Tag Archives: Jo Love

Jo Love at GiG Munich

GiG Munich is happy to introduce the work of Jo Love, MA Visual Arts: Printmaking Course Leader at Camberwell College of Arts and Senior Lecturer at the University of Brighton. Love has recently completed her PhD at CCW, entitled Dust: Exploring new ways of viewing the printed photographic image. The research project explored how the visual presence of dust shifts the perception of temporality and materiality within the printed photographic image, thereby opening up new avenues for thought.

Her show at GiG Munich marks the continuation of her research into the viewed surface, the materiality and the time of the printed photographic image. Her work combines drawing with printmaking and photography, and uses the specks of dust found on the surface of the photographic image as the starting point of her investigations.

At GiG Munich Love shows two bodies of work. The first consists of a series of landscape drawings made in collaboration with a senior scientist at the Natural History Museum in London. In this series she re-draws the electron microscope images of marble and graphite particles in order to reclaim the tactile materiality lost to modern technology. She also imbues the image with a different kind of temporality to that of the digital experience. In the second body of work, Love draws over a digital print of a video still, covering the inkjet surface with a layer of graphite. Only small pockets of saturated colour are left exposed. Taken together, the two different layers create an optically unstable image, disturbing and disrupting the act of viewing.

Both drawings operate at the limits of human perception and invoke ideas of the technological sublime. As Love states, ‘My interest lies in constructing images which are resonant with my experience and perception of the world: more fractured, open and complex than the more coherent image can convey, and one that offers an arena within which we can contemplate themes of time, memory and mortality.’

Hybrid Practices within Printmaking

On 24 April 2015 Chelsea College of Arts will host the symposium Hybrid Practices within Printmaking, led by CCW Professor Paul Coldwell. The symposium will explore a range of approaches to printmaking in which ideas and intentions are allied to process and technique, resulting in what can best be described as hybrid practices. Current practice draws upon a rich history of printmaking both in terms of technique and the means through which images, as vehicles for ideas, are distributed. With the advent of digital technologies, the opportunities for artists to combine processes and approaches has never been greater.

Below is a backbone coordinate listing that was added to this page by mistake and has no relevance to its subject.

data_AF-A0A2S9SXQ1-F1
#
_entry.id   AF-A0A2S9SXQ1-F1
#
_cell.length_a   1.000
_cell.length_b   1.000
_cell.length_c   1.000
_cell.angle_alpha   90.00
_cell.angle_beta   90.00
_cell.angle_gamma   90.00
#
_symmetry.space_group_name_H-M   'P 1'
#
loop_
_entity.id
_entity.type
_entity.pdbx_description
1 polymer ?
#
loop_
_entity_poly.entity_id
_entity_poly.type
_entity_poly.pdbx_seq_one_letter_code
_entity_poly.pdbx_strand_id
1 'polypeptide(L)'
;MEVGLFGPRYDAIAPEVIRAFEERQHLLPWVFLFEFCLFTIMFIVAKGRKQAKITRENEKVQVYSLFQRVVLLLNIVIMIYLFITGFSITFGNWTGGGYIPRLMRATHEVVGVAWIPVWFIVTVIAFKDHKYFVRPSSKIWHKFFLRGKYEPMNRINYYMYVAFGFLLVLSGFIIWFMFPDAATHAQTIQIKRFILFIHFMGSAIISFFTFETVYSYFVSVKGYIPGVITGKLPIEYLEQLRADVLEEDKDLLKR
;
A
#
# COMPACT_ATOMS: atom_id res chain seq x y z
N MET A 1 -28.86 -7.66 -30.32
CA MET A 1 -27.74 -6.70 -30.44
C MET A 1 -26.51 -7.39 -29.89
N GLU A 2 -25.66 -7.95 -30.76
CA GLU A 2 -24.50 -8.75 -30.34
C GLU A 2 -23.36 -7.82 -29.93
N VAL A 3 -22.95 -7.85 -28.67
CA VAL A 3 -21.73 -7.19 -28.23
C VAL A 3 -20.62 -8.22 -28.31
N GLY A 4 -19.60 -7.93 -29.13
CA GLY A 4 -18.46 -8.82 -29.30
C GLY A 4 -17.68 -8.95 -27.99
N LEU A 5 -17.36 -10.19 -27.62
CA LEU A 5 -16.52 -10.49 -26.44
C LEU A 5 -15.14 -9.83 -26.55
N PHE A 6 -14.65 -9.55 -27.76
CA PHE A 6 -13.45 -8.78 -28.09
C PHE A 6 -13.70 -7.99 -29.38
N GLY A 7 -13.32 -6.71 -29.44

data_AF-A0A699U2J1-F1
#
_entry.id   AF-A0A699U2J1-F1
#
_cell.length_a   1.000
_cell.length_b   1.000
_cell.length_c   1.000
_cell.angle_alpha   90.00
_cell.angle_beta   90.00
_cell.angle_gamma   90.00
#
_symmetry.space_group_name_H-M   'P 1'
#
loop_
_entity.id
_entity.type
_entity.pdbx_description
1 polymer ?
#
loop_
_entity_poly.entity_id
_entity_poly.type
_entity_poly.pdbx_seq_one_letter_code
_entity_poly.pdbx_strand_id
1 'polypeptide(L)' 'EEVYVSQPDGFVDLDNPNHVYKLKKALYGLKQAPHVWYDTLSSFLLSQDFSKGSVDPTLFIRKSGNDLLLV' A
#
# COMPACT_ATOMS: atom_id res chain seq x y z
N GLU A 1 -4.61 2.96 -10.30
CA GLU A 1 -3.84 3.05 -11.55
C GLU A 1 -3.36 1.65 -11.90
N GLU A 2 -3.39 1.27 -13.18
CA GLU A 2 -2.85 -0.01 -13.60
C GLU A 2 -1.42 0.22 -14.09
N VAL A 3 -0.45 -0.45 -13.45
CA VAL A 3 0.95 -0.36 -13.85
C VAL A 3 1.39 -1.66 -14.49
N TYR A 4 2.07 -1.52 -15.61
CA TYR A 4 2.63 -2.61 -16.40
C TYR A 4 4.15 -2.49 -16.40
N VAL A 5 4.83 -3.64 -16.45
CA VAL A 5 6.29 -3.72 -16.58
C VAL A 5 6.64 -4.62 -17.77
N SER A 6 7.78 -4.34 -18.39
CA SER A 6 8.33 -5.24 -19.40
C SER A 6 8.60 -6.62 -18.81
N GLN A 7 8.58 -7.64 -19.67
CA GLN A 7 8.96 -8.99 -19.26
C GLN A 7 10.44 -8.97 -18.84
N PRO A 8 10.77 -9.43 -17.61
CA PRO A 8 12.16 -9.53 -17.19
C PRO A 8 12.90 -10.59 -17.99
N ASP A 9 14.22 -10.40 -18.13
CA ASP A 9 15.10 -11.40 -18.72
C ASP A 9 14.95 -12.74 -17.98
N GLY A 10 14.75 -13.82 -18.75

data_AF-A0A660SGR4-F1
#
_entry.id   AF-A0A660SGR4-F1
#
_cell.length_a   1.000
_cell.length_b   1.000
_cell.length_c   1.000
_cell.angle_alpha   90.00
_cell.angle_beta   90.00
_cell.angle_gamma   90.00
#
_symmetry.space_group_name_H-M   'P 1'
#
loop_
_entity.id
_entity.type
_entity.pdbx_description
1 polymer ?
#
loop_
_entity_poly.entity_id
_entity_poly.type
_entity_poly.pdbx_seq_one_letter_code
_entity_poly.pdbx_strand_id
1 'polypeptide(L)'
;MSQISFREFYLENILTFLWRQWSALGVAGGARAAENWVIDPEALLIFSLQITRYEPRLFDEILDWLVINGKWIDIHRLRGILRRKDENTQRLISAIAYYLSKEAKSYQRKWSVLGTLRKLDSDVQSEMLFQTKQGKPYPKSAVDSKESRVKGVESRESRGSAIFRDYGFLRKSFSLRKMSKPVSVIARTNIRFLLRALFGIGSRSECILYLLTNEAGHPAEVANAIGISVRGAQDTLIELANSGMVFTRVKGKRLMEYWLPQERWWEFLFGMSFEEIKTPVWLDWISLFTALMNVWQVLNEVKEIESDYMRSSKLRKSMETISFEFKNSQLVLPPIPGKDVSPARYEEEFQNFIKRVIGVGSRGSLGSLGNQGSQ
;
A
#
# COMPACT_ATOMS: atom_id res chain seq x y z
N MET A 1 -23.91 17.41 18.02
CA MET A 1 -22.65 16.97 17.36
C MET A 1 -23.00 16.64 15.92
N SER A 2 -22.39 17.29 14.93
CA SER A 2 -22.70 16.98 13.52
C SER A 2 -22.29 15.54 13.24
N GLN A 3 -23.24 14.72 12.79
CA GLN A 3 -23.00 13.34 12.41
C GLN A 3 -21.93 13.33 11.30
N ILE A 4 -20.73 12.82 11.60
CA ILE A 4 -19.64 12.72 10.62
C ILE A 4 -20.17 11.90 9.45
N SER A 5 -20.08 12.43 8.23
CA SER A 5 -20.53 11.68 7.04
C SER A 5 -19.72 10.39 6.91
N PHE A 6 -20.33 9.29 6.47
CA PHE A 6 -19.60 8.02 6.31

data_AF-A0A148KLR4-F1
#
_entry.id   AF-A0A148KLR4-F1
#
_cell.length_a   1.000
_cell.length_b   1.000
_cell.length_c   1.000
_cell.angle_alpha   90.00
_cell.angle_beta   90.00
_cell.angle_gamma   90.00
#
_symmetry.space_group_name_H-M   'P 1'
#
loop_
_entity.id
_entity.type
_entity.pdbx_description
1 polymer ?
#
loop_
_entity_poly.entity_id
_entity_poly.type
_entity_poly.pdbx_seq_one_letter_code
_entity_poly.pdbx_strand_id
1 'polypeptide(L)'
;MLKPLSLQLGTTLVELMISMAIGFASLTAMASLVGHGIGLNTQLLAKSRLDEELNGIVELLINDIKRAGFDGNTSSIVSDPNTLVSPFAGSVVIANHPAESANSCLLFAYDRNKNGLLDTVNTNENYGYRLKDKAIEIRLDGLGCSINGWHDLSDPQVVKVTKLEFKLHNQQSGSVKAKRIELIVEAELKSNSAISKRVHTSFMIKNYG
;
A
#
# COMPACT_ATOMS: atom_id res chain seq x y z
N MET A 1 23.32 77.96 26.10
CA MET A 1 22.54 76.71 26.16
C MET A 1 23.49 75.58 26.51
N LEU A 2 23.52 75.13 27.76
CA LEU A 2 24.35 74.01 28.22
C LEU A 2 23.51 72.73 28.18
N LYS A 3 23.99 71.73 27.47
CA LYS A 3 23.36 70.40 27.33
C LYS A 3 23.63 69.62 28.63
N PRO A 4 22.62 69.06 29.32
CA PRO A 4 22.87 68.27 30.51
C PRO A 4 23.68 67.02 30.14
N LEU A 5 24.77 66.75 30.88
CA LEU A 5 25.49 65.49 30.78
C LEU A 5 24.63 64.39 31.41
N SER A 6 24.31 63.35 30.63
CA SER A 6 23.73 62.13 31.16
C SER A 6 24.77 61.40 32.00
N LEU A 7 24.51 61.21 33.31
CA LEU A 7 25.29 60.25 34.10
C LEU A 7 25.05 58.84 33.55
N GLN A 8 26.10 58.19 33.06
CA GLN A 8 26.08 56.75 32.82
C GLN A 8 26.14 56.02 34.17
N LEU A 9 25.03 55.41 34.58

Annette and Caroline Kierulf work as independent artists within a joint project focused on social engagement using relief print as one aspect of production. Jo Love addresses issues of materiality and the relationship between the digital and physical, while Ellen Heck combines drypoint and woodcut to explore notions of identity. And finally, Christian Rümelin, will discuss the monumental woodcuts of Christiane Baumgartner and her approach to technology.

Coldwell said, ‘My role is to introduce the key themes and chair the closing discussion. The symposium has developed over a period of time from a perception that artists, and in particular printmakers, are increasingly combining processes, revisiting older technologies and exploiting the opportunities, particularly in terms of scale, that digital print offers. The artists featured in the symposium all engage with current debates and see printmaking as a means to explore ideas and issues.

I got to know the work of Annette and Caroline Kierulf when I was invited to write an essay on their work for a publication produced by Dublett in Norway. They work both in partnership with a common set of aims and objectives, while also producing their own work that addresses ideas such as politics, ecology, self sufficiency and global economy, all through relief printing. I felt this was a very exciting approach, and since they both teach at Bergen Academy of Fine Art and Design it seemed a great starting point for a collaborative symposium, which I hope will lead to further cooperation.

Jo Love, who recently completed her PhD at UAL and is Pathway Leader for MA Printmaking at Camberwell, develops her large scale inkjet prints to explore dust, materiality and time passing. This has much in common with Christiane Baumgartner, the latest recipient of the prestigious Prix de Gravure Mario Avati and the subject of Christian Rümelin’s talk. Christian curated her recent exhibition and is an authority on her work. And finally Ellen Heck who lives and works in Chicago, and whose work was awarded the main prize at the Northern Print Biennial, will be presenting. Her series Forty Fridas explores identity and the female image through delicately worked intaglio prints of her friends dressed as Frida Kahlo. Ellen will be presenting a film of herself and her work, as she will not be at the symposium in person.

There will be a book stall to accompany the day with publications by the speakers available as well as work by students. The intention is to publish all the papers from the symposium as a special issue of the Journal of Visual Art Practice.’ The symposium is presented by CCW Graduate School in association with Bergen Academy of Art and Design.

Book your tickets here.

Banqueting Hall, Chelsea College of Arts, 16 John Islip St, SW1P4JU

10am – 4pm, Friday 24 April 2015

Image credit: Annette Kierulf. Biotop. 2012. Woodcut.